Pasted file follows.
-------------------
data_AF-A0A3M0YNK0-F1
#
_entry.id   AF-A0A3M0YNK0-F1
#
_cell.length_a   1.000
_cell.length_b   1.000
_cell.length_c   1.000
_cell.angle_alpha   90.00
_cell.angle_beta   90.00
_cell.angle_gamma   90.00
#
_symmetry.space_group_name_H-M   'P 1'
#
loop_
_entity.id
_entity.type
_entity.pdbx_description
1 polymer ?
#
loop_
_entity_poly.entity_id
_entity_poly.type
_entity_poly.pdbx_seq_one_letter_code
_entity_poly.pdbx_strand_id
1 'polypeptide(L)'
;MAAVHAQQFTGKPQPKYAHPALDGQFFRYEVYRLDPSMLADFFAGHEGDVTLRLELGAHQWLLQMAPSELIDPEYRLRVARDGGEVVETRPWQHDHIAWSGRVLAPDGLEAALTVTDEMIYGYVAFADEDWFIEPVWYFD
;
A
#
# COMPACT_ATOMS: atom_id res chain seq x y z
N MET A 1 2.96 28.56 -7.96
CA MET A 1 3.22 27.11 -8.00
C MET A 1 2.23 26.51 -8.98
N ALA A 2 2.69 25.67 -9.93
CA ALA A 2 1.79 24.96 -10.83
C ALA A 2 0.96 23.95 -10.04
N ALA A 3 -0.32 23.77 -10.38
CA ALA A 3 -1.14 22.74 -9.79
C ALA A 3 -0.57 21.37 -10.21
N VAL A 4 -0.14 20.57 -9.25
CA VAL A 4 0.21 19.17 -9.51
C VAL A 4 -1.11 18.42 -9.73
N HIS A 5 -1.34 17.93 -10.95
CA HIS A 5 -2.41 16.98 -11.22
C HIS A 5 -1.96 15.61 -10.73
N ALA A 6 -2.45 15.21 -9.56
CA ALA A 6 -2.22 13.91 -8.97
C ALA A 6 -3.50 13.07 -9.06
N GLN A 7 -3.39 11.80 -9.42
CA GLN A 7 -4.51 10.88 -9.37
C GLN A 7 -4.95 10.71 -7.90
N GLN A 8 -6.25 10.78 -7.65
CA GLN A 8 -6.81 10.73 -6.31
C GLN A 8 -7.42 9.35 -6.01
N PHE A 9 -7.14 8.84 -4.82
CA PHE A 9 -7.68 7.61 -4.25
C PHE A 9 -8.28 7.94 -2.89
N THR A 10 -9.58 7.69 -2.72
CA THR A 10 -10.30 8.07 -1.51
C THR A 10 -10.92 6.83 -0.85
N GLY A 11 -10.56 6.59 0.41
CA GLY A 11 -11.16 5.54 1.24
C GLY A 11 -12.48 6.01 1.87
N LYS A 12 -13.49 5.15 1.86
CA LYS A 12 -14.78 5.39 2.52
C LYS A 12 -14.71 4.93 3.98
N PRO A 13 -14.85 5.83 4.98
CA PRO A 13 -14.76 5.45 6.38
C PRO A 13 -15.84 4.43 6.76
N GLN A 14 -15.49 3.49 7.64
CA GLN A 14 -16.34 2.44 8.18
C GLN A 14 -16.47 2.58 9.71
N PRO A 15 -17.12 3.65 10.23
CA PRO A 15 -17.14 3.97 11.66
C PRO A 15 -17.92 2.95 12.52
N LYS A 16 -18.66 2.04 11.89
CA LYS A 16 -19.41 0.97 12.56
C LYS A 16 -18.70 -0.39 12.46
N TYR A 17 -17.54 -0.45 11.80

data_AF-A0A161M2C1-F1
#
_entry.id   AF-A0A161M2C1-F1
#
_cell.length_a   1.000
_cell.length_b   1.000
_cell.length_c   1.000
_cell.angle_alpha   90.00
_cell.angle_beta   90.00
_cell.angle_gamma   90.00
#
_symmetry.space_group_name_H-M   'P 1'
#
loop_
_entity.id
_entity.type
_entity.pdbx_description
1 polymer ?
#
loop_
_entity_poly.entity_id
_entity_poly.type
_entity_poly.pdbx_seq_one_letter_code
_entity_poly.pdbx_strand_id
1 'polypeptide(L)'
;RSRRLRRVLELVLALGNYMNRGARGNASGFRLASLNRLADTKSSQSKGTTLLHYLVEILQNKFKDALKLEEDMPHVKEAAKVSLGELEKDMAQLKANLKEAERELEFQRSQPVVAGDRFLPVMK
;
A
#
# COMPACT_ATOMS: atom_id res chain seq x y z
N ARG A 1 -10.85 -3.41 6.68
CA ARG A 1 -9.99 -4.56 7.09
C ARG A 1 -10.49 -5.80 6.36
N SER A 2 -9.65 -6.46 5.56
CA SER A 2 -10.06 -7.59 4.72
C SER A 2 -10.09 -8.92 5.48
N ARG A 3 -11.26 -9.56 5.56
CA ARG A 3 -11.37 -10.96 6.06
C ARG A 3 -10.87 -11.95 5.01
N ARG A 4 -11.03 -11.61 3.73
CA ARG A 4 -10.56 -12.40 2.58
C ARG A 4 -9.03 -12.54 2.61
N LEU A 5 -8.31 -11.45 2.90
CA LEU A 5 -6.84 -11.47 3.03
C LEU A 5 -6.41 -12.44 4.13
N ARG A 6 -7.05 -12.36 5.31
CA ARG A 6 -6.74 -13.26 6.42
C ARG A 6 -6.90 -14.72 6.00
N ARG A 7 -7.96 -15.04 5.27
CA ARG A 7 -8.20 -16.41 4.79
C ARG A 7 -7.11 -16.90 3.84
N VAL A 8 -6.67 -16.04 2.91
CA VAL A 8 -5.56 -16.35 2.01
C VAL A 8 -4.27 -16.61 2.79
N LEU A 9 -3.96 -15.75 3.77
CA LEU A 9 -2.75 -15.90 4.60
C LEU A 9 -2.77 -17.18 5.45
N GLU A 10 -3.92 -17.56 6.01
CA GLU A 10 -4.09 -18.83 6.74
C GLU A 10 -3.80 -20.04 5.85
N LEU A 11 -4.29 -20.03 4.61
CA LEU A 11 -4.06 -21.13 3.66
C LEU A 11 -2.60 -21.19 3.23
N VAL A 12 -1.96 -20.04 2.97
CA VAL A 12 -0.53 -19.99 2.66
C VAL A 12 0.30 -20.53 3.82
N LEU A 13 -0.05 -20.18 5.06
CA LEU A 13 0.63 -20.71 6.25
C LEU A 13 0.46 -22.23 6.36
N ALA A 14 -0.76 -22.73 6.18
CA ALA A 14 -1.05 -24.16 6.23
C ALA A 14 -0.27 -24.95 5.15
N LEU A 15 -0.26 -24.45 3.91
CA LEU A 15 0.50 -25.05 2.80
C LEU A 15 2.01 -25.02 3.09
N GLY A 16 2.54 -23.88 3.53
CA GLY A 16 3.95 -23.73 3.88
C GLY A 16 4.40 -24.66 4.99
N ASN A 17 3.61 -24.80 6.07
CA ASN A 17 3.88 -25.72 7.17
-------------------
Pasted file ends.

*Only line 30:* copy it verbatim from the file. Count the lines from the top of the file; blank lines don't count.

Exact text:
# COMPACT_ATOMS: atom_id res chain seq x y z